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Fol­low­ing the suc­cess of Hand­writ­ten, it seemed likely The Gaslight Anthem would choose one of two options: cap­i­talise on their enhanced pro­file by churn­ing out another record of a sim­i­lar nature or take some time off to reassess before pro­ceed­ing any fur­ther. How­ever, nei­ther option cap­tured their gaze. Instead, The Gaslight Anthem returned this August, boast­ing a revised styl­is­tic out­look on album five Get Hurt.
“We’ve kind of been in that cycle since we started this band,” says The Gaslight Anthem gui­tarist Alex Rosa­milia. “We put out our first record, toured on it for a few years and then wrote another record, toured on it for two years, and wrote another record and toured on it. With this record, instead of play­ing the safe option we went pretty far out.”


In the past, The Gaslight Anthem have been accused of work­ing within imme­di­ately dis­cernible and lim­ited styl­is­tic con­fines. Get Hurt does just about every­thing it can to upend this view. Right from album opener ‘Stay Vicious’, it’s clear things are going to be dif­fer­ent this time around. “That was an extremely con­scious effort,” Rosa­milia says. “That’s why we made it the first song on the record. We wanted to show peo­ple that we were on our way to some­thing dif­fer­ent or to say ‘what we’ve been doing, we’re not going to really attempt to do any more.’”
In con­trast to the band’s trade­mark heart­land punk rock sound, ‘Stay Vicious’ is a chunky riff-rocker, which resem­bles the likes of Pearl Jam and Stone Tem­ple Pilots. From here, the record pro­ceeds to adopt a vari­ety of pre­vi­ously unseen guises.
“It’s part of the band that’s always kind of been there,” says Rosa­milia, “but it’s some­thing that we never really did. We didn’t think that we would… not be allowed to do it, but that we’d be able to pull it off.”
Get Hurt is still unmis­tak­ably The Gaslight Anthem. Brian Fallon’s earnestly deliv­ered, rugged lead vocals sit front and cen­tre, backed up by Rosamilia’s inquis­i­tive lead gui­tar work. “The way that our per­son­al­i­ties come out through our instru­ments – it sounds like Gaslight because it’s our per­son­al­i­ties,” Rosa­milia says. “There’s things I do on gui­tar, there’s stuff that Benny does on drums, Alex on bass, Brian with the lyrics and so on. Those things are not con­sciously there, that’s just the way that we are. Sorry to use the extremely clichéd phrase, but we ‘go with the flow’, as it were.”


Speak­ing of going with the flow, since form­ing in New Brunswick, New Jer­sey in 2006, The Gaslight Anthem haven’t taken any sig­nif­i­cant period of rest. It’s rather unusual for con­tem­po­rary bands with major label deals to pro­duce five albums in seven years. But heed­ing to con­ven­tion sim­ply isn’t how The Gaslight Anthem roll.
“We’re con­stantly writ­ing new stuff, and work­ing on stuff,” says Rosa­milia. “You have to be fresh all the time. It’s really easy to get stag­nant if you’re not try­ing to bet­ter your­self and write new stuff. I’m not say­ing that every­thing we write gets used. Some stuff we write is absolute garbage [laughs], we put it away and we don’t ever hear it again.”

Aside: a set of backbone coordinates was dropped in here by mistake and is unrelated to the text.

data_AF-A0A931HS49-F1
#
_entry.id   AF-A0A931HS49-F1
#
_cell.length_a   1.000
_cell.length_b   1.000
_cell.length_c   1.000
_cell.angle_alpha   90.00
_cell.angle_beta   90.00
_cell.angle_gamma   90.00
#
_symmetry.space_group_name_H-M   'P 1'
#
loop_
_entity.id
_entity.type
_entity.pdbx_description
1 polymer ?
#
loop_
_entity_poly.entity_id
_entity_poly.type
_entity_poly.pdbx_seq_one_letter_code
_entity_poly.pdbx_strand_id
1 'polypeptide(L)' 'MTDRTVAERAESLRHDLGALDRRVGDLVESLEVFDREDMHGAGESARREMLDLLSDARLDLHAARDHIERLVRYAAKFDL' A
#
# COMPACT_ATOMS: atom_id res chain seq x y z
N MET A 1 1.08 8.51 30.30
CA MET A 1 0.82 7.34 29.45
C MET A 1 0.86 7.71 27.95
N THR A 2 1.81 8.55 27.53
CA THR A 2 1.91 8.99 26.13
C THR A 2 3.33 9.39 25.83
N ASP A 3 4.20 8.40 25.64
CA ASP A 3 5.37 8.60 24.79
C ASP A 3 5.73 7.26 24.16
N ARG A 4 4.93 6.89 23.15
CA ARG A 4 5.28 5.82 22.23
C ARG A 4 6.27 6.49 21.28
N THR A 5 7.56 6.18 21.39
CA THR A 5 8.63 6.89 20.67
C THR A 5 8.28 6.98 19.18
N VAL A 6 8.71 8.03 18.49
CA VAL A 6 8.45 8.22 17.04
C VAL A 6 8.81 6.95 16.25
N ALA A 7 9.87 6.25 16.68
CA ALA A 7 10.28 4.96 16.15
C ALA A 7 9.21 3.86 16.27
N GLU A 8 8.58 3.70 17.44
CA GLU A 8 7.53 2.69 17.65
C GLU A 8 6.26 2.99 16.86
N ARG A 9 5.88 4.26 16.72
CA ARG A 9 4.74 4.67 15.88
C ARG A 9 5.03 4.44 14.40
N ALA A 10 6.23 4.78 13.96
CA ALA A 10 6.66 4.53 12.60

In order to hang on to their promi­nent posi­tion, the band’s quest to con­tin­u­ally get bet­ter, must go hand in hand with mak­ing music that appeals to their mass lis­ten­er­ship. Evi­dently, The Gaslight Anthem haven’t run into any major dilem­mas in this respect, but Rosa­milia says it’s not some­thing that plays on his mind dur­ing album con­struc­tion.
“I never read reviews, I don’t read the opin­ions of fans and stuff. I’m here to put out music that I write. If it does well that’s fan­tas­tic and that’s what I want, but if it doesn’t then that’s every­body else’s opinion.”


The gui­tarist mightn’t be par­tic­u­larly con­cerned about sat­is­fy­ing a com­mer­cial cri­te­rion, but he is left to the mercy of one extremely harsh critic.
“I go through like a three month period of self loathing between fin­ish­ing the record and when the record comes out,” he reveals. “Think­ing ‘every­thing I did is mis­er­able, I shouldn’t even be a musi­cian,’ every time we put out a record.”
Con­sid­er­ing this habit­ual onset of crip­pling self-deprecation, it’s a won­der Rosamilia’s per­se­vered as far as he has. Unfazed, he con­tends that this atti­tude is cru­cial for mak­ing artis­tic progress.
“If you weren’t a per­fec­tion­ist, that’s where you can become stale. When you think every­thing you do is going to be fan­tas­tic, you’re not going to try as hard. You have to con­stantly be doing some­thing that you feel uncom­fort­able with, because that’s what makes you a bet­ter musi­cian.
“If you spend your time only doing the sim­plest things or the things that are easy to you, what you’re doing is even­tu­ally going to get worse because you’re going to start doing it almost out of mus­cle mem­ory. I think that’s truly impor­tant, when you’re cre­at­ing some­thing. What doesn’t kill you makes you stronger, yeah?”


The Gaslight Anthem will be back in Aus­tralia for a string of shows in Jan­u­ary and Feb­ru­ary 2015. For more infor­ma­tion visit